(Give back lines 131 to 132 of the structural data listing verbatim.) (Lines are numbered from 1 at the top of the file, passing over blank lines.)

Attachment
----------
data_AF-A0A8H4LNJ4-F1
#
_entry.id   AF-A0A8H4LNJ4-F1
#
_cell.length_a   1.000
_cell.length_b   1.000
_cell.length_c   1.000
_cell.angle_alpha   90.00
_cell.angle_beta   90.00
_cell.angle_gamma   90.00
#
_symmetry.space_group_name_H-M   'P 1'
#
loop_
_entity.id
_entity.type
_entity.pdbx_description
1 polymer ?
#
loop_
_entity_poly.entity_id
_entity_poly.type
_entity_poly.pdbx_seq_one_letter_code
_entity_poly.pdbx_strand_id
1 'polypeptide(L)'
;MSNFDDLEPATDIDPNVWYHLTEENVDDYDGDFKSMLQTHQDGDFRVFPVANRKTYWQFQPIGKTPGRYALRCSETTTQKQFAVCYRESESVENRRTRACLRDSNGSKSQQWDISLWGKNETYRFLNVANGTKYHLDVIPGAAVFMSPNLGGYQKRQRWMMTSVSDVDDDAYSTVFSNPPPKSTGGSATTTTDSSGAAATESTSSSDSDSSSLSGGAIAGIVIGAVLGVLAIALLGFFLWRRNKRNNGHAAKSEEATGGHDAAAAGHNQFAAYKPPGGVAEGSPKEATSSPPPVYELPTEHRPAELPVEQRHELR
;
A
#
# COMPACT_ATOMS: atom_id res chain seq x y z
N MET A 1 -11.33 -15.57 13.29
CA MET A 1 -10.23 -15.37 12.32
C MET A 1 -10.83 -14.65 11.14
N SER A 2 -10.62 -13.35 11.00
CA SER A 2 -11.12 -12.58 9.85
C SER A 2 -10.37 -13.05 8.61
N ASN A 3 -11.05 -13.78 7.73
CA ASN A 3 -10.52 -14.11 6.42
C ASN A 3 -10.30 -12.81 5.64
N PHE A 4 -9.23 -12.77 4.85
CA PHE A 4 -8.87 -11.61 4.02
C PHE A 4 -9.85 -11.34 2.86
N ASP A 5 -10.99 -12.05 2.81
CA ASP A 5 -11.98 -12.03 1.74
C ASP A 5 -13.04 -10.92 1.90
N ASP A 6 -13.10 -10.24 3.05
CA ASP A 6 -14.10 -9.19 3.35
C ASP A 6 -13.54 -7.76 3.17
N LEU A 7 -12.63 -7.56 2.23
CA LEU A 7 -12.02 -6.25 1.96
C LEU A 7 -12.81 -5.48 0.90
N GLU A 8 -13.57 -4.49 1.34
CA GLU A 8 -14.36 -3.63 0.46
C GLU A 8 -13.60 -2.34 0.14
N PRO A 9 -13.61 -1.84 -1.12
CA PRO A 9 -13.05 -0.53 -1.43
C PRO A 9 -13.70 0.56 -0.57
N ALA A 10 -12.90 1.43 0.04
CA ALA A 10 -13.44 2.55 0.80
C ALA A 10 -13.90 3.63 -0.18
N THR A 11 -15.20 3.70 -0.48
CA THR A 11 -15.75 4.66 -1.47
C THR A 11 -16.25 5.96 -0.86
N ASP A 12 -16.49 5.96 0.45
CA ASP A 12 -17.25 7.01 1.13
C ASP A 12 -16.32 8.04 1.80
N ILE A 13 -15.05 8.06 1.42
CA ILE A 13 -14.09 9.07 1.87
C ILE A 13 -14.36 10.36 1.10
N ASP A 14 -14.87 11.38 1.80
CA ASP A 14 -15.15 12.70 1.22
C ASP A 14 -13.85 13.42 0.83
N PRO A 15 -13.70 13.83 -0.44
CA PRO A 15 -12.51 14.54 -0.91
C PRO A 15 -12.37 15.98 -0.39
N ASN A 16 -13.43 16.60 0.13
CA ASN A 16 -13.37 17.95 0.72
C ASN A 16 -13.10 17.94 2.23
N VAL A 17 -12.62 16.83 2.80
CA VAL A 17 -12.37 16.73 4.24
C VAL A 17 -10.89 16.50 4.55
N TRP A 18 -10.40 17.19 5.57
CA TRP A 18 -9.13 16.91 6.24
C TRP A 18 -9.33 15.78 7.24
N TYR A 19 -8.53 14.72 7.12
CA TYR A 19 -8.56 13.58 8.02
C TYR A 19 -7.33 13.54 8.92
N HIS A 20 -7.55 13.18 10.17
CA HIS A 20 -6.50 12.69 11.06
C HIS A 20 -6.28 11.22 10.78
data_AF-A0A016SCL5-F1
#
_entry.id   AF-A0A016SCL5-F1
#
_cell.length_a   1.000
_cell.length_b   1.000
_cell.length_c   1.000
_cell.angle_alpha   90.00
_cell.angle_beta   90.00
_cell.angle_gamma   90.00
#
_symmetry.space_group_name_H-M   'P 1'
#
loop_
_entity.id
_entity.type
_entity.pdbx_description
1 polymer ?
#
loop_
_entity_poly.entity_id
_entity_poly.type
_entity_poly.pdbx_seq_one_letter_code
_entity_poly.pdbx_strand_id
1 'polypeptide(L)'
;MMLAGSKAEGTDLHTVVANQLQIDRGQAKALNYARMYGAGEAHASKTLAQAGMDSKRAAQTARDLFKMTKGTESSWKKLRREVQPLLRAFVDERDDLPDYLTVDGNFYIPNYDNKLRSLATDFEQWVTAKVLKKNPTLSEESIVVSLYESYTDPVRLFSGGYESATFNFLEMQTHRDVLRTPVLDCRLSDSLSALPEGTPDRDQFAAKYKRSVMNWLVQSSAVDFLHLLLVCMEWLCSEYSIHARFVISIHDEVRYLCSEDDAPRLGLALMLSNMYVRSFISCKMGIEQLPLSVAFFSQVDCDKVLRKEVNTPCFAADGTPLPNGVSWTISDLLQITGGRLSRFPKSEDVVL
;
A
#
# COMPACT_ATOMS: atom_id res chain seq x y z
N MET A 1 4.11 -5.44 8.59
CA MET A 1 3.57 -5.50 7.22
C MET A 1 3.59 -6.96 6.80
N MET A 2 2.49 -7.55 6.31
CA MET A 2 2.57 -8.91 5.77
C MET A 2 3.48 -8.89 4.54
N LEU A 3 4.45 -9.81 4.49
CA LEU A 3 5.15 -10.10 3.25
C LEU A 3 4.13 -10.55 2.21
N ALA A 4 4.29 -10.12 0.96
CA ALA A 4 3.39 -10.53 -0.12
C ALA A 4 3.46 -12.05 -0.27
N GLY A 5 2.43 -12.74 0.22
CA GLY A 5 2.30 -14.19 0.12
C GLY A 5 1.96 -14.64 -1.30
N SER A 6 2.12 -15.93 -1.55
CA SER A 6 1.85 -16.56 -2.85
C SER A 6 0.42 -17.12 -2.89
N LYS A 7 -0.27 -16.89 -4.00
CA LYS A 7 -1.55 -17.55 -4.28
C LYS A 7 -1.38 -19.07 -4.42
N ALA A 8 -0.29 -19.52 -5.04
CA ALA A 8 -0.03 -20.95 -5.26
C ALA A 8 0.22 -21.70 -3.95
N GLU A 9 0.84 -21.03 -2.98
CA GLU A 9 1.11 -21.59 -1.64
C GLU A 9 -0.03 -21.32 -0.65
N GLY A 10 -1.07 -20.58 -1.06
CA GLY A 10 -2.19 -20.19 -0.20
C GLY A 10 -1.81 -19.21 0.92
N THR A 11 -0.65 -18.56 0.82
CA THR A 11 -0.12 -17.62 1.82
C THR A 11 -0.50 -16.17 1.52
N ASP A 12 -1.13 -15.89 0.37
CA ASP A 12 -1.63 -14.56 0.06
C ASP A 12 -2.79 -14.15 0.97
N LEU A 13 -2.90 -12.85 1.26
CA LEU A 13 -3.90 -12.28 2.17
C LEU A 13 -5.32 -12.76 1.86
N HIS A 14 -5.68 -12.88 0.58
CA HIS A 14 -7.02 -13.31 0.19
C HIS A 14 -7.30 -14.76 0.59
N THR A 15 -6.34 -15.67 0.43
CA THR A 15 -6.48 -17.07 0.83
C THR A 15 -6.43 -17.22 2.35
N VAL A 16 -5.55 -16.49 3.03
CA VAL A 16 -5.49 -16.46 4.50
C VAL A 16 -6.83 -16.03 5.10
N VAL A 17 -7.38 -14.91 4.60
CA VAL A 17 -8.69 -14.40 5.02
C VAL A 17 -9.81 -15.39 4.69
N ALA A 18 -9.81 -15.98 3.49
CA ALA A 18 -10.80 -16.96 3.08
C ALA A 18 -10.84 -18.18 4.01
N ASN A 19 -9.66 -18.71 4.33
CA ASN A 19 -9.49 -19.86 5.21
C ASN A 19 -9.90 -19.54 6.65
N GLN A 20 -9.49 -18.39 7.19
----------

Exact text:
CA ALA A 4 3.39 -10.53 -0.12
C ALA A 4 3.46 -12.05 -0.27